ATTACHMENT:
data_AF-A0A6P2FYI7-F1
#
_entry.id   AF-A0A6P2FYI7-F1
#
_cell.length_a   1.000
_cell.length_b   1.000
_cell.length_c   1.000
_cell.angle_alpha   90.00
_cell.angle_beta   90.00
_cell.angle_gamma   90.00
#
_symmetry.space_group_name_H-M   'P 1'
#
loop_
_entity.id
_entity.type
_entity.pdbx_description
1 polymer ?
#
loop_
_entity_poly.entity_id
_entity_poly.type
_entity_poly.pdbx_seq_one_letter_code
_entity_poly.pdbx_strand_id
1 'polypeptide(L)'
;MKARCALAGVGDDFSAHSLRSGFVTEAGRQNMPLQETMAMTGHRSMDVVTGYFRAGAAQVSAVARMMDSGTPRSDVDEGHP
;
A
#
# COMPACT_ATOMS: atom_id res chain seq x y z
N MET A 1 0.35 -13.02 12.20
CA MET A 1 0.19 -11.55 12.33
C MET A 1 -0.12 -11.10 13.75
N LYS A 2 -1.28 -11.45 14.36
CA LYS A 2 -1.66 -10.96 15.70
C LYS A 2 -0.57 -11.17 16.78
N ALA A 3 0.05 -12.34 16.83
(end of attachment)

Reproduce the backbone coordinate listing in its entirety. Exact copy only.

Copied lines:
data_AF-A0A6P2FYI7-F1
#
_entry.id   AF-A0A6P2FYI7-F1
#
_cell.length_a   1.000
_cell.length_b   1.000
_cell.length_c   1.000
_cell.angle_alpha   90.00
_cell.angle_beta   90.00
_cell.angle_gamma   90.00
#
_symmetry.space_group_name_H-M   'P 1'
#
loop_
_entity.id
_entity.type
_entity.pdbx_description
1 polymer ?
#
loop_
_entity_poly.entity_id
_entity_poly.type
_entity_poly.pdbx_seq_one_letter_code
_entity_poly.pdbx_strand_id
1 'polypeptide(L)'
;MKARCALAGVGDDFSAHSLRSGFVTEAGRQNMPLQETMAMTGHRSMDVVTGYFRAGAAQVSAVARMMDSGTPRSDVDEGHP
;
A
#
# COMPACT_ATOMS: atom_id res chain seq x y z
N MET A 1 0.35 -13.02 12.20
CA MET A 1 0.19 -11.55 12.33
C MET A 1 -0.12 -11.10 13.75
N LYS A 2 -1.28 -11.45 14.36
CA LYS A 2 -1.66 -10.96 15.70
C LYS A 2 -0.57 -11.17 16.78
N ALA A 3 0.05 -12.34 16.83